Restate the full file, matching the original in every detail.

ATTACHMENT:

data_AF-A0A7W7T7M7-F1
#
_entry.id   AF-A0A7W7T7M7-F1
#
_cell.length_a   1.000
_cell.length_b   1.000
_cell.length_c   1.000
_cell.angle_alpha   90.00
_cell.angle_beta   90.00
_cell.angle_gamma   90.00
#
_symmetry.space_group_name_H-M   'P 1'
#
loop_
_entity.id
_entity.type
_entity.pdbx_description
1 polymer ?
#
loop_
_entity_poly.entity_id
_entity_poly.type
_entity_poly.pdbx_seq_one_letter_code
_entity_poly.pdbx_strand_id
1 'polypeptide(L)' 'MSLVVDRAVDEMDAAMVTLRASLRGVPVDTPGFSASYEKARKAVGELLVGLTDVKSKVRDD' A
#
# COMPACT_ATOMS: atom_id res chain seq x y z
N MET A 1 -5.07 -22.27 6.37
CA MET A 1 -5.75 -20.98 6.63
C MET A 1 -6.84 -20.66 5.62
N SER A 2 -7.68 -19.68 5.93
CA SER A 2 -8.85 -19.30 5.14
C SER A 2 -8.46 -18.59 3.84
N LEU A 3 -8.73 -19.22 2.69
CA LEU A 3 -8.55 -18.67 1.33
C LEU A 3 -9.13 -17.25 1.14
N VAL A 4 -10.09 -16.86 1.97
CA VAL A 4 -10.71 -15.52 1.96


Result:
data_AF-A0A7W7T7M7-F1
#
_entry.id   AF-A0A7W7T7M7-F1
#
_cell.length_a   1.000
_cell.length_b   1.000
_cell.length_c   1.000
_cell.angle_alpha   90.00
_cell.angle_beta   90.00
_cell.angle_gamma   90.00
#
_symmetry.space_group_name_H-M   'P 1'
#
loop_
_entity.id
_entity.type
_entity.pdbx_description
1 polymer ?
#
loop_
_entity_poly.entity_id
_entity_poly.type
_entity_poly.pdbx_seq_one_letter_code
_entity_poly.pdbx_strand_id
1 'polypeptide(L)' 'MSLVVDRAVDEMDAAMVTLRASLRGVPVDTPGFSASYEKARKAVGELLVGLTDVKSKVRDD' A
#
# COMPACT_ATOMS: atom_id res chain seq x y z
N MET A 1 -5.07 -22.27 6.37
CA MET A 1 -5.75 -20.98 6.63
C MET A 1 -6.84 -20.66 5.62
N SER A 2 -7.68 -19.68 5.93
CA SER A 2 -8.85 -19.30 5.14
C SER A 2 -8.46 -18.59 3.84
N LEU A 3 -8.73 -19.22 2.69
CA LEU A 3 -8.55 -18.67 1.33
C LEU A 3 -9.13 -17.25 1.14
N VAL A 4 -10.09 -16.86 1.97
CA VAL A 4 -10.71 -15.52 1.96